Interview: Lauren Mayberry – 'We won't be intimidated into changing what we do'

Interview: Lauren Mayberry – 'We won't be intimidated into changing what we do'

credit: Danny Clinch

Chvrches singer talks about meeting expectations, avoiding pigeonholes and facing up to internet trolls

Whatever you do, don’t call Lauren Mayberry a pop star. It’s easy to mistake her for one, especially when Chvrches’ debut album The Bones of What You Believe and its sublime roster of heartfelt synth-pop singles helped write the soundtrack to 2013, putting her and bandmates Martin ‘Dok’ Doherty and Iain Cook all over TV and radio. But on the eve of the follow-up Every Open Eye’s release, the former List writer isn’t having it.

‘We were overwhelmed by how much the first album connected with people, but I wouldn’t put us in the “pop star” realm,’ she says. ‘And I wouldn’t view myself as separate from Iain and Martin in that regard. Just because I front the band or we play bigger stages now, it doesn’t mean we somehow suddenly changed the way we approach things. We all still view what we do as indie and alternative in terms of how we execute it, even if the actual music we make is more pop than our previous projects. I like that Chvrches treads that line and is difficult to pigeonhole.’

This record has been a year in the making. ‘We started talking about the hows and wheres of writing a second album in the middle of 2014,’ recalls Mayberry. ‘It quickly became evident that we all wanted to go back to our studio in Glasgow to make it. We rent a basement flat on the Southside which has been converted into a studio, the same place we recorded The Bones of What You Believe. As amazing as the past couple of years have been, it was really important for us that we remove ourselves completely from that world in order to make new material.’

There is, of course, that old cliché about the second album being hell for a band trying to stamp their identity on the world as a known quantity, but Chvrches don’t seem to be sweating it. ‘Moving from a first to a second album is an incredibly transitional time for any band because you never get to make one in a vacuum like you did with your debut,’ says Mayberry. ‘People have a pre-existing idea of what your band is going to be, so we just wanted to make sure this record was completely ours by self-producing again. No one has a better idea of what Chvrches is than we do.’

While the comeback single, ‘Leave a Trace’, doesn’t show a significant departure, that’s no big problem. Chvrches is a band with a clear vision of their own sonic aesthetic, while Mayberry’s words are rich in a suggestive, storytelling quality. ‘The sketch of “Leave a Trace” was done in one afternoon and that song felt so much more definite from earlier on than some of the other tunes,’ she says. ‘Lyrically, I think this record contains some of the most assertive and aggressive words we’ve ever written, but also some of the most hopeful. ‘‘Clearest Blue” is, I think, my favourite song on the album, because to me it balances the hopefulness and fear that everyone feels when they embark on something new and unknown. The closer, ‘Afterglow’, is one which took us all by surprise. It existed in many different forms and we could never agree on it, and it was only on the second last day of recording that we revamped the whole song. I think it works really well.’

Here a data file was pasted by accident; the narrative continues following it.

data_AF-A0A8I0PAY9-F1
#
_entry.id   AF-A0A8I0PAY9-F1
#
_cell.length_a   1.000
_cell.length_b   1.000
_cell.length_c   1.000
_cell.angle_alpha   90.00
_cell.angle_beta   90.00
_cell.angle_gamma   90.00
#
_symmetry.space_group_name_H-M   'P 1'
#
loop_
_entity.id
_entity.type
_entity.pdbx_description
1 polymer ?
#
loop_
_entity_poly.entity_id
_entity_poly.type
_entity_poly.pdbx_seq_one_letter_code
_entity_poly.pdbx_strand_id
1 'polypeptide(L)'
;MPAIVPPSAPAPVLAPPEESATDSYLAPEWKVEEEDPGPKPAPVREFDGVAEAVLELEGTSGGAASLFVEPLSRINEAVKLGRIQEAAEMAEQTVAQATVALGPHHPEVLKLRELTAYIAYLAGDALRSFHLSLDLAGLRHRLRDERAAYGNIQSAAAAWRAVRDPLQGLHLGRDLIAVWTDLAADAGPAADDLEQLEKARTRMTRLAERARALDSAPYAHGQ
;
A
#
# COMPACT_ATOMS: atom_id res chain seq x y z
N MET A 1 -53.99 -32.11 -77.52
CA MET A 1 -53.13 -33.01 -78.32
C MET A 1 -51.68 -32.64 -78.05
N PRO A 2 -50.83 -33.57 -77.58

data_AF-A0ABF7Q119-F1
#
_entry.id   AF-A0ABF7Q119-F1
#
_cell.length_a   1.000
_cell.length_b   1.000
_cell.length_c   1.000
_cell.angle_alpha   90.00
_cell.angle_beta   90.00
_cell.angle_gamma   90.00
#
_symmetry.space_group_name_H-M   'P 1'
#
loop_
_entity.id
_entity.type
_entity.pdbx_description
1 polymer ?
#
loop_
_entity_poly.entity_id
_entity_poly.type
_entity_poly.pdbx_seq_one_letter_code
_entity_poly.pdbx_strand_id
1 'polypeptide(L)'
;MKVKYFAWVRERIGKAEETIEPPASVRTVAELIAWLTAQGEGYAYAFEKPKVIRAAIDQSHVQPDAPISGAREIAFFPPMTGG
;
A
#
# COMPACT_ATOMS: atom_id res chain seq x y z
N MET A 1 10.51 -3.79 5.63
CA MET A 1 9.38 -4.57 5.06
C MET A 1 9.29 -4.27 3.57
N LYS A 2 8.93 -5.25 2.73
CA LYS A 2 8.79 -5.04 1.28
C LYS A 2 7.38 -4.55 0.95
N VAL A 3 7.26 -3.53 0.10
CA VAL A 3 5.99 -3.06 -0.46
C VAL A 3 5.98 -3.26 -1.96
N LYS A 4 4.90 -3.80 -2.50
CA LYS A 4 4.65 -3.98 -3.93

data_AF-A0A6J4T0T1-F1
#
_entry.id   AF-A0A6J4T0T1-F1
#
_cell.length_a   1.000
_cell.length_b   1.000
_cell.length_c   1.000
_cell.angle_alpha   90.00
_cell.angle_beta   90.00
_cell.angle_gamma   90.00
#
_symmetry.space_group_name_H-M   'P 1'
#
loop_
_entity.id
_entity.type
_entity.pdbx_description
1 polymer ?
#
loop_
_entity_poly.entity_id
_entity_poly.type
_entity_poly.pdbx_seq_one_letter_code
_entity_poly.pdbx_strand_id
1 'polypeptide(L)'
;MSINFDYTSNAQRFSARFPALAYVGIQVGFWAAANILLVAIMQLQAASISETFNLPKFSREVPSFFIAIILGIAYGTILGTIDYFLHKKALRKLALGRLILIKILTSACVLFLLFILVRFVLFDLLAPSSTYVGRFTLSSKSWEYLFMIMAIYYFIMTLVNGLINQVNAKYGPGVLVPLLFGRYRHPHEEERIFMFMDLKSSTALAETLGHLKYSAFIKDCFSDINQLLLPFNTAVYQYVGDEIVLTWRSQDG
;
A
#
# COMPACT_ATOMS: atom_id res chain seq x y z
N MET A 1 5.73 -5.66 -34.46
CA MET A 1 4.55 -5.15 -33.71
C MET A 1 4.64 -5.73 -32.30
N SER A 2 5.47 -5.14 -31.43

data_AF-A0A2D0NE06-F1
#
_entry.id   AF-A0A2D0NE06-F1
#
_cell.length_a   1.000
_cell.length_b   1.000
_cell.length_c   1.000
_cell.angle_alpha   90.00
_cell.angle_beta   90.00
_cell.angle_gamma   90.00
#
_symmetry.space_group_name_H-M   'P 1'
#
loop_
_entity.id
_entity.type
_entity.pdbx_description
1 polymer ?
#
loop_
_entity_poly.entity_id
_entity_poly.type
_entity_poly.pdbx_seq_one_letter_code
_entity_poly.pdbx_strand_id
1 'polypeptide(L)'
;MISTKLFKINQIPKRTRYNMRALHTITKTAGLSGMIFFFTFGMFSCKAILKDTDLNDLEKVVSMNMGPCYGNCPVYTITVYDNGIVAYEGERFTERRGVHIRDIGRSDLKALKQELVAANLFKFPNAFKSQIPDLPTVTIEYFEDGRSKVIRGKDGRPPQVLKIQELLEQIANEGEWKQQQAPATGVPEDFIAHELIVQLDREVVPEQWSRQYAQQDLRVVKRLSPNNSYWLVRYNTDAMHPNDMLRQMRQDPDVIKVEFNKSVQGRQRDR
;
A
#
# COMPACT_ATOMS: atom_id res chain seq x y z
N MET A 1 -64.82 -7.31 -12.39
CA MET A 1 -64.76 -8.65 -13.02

It was disappointing to note, though, that Mayberry was being trolled on Twitter within hours of the ‘Leave a Trace’ video appearing. Her crime? The way she was dressed and the fact she appeared without her bandmates made her outspoken feminism hypocritical. Not to mention the usual, depressing threats of sexual violence which any woman in the public eye experiences. Typically on the subject, her response is an example to us all, male and female.

‘None of the band regrets the stand we’ve made on those issues,’ she says. ‘Someone said that I needed to get better at handling threats, but for me the issue isn’t how I handle them; the issue is the culture surrounding those ideas. When people tell us to ignore it or make apologies and allowances for arguments like, “if she didn’t want those comments, she shouldn’t have worn a mini dress / had wet-look hair / fronted a band”, I want them to think about what that says to young women and the men who persecute them. That’s a mentality women come up against every single day; it’s victim-blaming rape-culture apologist bullshit. We won’t be intimidated into changing the way we do what we do. No one’s going to determine my narrative as a musician, as a performer or as a female apart from me.’

Frankly, it makes you want to punch the air when she comes out with things like that. Chvrches played 364 shows in two years around The Bones of What You Believe, and Mayberry says the experience has helped them all grow. ‘We’ve made an album we’re incredibly proud of, but where it will take us, we can’t say. I think one of the things people like about our band is that we’re authentic, as people and in our writing, so I hope people can hear that in this music.’

Every Open Eye is released on Fri 25 Sep by Universal.

Whilst every effort has been made to ensure the information displayed here is accurate, always check with the venue before attending (especially during the Covid-19 pandemic).


Glasgow-based electro pop trio touring in support of their second album Love Is Dead.

O2 Academy Birmingham

Fri 18 Mar 2022

£30 / 0121 622 8250

O2 Academy Brixton, London SW9

Wed 16 Mar 2022

£32.50 / 0844 477 2000

O2 Academy Edinburgh

Mon 14 Mar 2022

£0–£32.50 / 0131 477 3500

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